As It Happens

Anxiety and fear as China struggles to contain deadly coronavirus

To contain the spread of the coronavirus in China, the government has asked residents of Wuhan — where the outbreak is believed to have originated — not to leave. Transportation to and from the city is being shut down. Meanwhile, the virus has already spread to at least six other countries.

Face masks, hand sanitizer selling out on mainland and in neighbouring countries, says William Yang

Travellers wearing face masks walk with their luggage at Hankou Railway Station in Wuhan, in southern China's Hubei province on Tuesday. The U.S. on Tuesday reported its first case of the virus, after a Washington state resident who returned last week from the outbreak's epicentre was hospitalized near Seattle. (Chinatopix/The Associated Press)


In Wuhan, China, authorities are taking drastic measures to try to contain the outbreak of coronavirus.

More than 500 cases have been confirmed in mainland China as of Wednesday, and the death toll has risen to 17.

The city is closing its airport and train stations to outgoing passengers, and suspending its transportation networks. People are being asked not to leave the city starting tomorrow.

But is it too little, too late?

William Yang is a Taiwan-based journalist. He's the East Asia correspondent for Deutsche-Welle's English service. He spoke with As it Happens host Carol Off about what he's hearing from his sources in Wuhan.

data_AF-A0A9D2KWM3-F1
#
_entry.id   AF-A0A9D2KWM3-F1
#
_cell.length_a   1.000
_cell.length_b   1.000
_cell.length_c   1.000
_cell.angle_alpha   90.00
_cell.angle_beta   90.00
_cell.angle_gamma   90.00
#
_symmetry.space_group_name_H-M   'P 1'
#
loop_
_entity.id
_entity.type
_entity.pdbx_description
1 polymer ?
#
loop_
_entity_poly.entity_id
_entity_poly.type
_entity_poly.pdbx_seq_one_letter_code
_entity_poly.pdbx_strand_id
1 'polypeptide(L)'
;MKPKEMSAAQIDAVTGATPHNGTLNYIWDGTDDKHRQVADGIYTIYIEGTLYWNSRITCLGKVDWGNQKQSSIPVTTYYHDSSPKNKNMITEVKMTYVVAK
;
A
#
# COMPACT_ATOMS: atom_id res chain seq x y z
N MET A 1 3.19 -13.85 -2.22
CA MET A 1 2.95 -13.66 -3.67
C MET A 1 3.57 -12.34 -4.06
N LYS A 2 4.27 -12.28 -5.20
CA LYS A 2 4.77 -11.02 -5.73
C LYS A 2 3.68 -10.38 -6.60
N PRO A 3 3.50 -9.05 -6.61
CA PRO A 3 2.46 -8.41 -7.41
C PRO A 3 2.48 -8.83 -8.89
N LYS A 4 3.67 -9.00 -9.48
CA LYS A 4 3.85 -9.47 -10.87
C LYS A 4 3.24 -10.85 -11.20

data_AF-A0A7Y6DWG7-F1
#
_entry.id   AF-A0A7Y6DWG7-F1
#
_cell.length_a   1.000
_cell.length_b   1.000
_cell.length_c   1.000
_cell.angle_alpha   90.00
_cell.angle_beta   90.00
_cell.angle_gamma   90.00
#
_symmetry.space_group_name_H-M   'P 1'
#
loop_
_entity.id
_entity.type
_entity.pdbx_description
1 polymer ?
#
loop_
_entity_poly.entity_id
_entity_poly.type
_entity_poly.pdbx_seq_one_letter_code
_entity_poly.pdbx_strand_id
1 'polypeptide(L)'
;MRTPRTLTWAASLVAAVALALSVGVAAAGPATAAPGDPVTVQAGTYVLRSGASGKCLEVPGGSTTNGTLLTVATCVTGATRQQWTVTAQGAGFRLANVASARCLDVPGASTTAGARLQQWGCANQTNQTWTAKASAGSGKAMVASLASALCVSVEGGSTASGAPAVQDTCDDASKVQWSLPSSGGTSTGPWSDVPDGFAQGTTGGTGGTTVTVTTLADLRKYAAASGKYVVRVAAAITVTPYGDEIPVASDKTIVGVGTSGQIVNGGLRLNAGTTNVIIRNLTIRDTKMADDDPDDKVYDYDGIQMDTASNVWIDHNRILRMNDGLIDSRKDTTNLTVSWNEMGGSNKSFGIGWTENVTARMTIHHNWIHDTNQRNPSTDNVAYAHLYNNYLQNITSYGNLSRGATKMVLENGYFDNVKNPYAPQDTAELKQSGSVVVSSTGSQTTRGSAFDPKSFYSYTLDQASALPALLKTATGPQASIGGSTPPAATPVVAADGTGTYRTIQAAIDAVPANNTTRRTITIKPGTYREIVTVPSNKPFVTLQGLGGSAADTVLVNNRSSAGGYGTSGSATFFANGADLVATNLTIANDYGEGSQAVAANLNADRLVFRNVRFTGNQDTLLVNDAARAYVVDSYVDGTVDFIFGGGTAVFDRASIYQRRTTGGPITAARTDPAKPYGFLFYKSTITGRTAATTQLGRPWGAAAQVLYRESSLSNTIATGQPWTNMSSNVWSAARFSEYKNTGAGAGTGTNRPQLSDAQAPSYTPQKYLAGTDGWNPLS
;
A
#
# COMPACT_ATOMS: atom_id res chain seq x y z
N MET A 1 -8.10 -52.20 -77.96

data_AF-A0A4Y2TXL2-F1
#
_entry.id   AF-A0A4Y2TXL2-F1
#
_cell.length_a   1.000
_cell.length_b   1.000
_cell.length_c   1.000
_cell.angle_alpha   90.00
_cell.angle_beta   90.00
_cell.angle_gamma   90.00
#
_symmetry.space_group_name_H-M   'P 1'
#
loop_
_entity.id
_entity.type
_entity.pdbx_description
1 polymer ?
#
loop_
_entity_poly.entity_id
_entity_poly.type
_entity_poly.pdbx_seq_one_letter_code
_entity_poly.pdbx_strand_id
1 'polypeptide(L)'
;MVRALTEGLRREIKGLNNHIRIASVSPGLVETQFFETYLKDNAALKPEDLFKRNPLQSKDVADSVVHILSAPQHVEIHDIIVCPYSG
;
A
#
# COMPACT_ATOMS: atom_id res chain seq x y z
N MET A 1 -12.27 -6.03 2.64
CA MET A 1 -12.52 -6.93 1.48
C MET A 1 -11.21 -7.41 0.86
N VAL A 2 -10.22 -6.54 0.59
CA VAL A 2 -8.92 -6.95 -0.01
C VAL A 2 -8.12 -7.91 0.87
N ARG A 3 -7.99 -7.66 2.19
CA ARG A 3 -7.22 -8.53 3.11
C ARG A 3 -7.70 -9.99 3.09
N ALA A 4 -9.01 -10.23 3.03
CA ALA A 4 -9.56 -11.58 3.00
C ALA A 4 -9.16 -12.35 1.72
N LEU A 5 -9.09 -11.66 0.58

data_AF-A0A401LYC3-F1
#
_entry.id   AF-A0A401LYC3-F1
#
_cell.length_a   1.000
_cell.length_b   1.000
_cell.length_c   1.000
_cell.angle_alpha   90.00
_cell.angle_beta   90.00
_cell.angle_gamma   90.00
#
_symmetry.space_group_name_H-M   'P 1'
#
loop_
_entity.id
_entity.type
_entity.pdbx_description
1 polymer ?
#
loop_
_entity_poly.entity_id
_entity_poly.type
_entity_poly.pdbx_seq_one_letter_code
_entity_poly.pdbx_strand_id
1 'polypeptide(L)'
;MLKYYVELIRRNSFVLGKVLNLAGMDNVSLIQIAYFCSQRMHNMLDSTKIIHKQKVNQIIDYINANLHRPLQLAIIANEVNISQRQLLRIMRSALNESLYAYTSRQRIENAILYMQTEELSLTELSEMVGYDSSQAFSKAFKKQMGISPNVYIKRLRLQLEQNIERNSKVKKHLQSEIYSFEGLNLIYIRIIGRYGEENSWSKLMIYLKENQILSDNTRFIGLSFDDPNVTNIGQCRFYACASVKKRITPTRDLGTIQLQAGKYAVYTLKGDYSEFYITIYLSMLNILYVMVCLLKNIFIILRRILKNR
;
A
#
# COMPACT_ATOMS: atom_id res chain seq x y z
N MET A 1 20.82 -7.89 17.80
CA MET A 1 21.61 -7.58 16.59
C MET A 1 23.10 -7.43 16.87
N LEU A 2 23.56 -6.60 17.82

William, what are people in Wuhan telling you about the mood in the city, right now?

My sources on the ground are telling me that the mood right now in this city is just pure anxiety. And also a lot of fear about what exactly is going to develop — because currently, all the information that they're getting are kind of like coming directly from the government.

But what happened is that [it was] only three days ago that they finally started getting official confirmation from the government.

So they are considering the handling of the government a little bit too late for the outbreak.

And so what are people doing? What precautions are they taking?

The government actually just introduced an official law that required every citizen in the city to wear masks at public places — so movie theatres and department stores. Or even if they go to government buildings, they are required to wear masks.

Also …hand sanitizers and … sanitizing wipes are basically all sold out in Wuhan, right now.

But this is already spread from Wuhan, and spread from China. One case of it now in the United States that's been confirmed. What are you hearing about what efforts there are to try and contain the virus?

So right now, at least in East Asia where I am based — and also we are in the region where a lot of the first few key overseas cases popped up — governments are co-ordinating among themselves, and also frantically communicating with the Chinese officials to try to get the latest information about the virus … including the personal source of the virus and also how exactly are the virus being transmitted.

Staff move bio-waste containers past the entrance of the Wuhan Medical Treatment Centre, where some infected with a new virus are being treated in Wuhan on Wednesday. (Dake Kang/The Associated Press)

It seems to have originated in one specific market in Wuhan. Do we know what was in that market that might have been the source of the virus?

One of my sources lived not too far from the market itself.

And what he said is that the market has been known for selling not just [fish], but also wild animals.… A lot of them are actually illegally being sold on the market. But because the local official never actually cracked down on that behaviour, so the local residents are just very used to going there and [getting] all the rare delicacy that these businessmen [caught] or imported from different parts of China.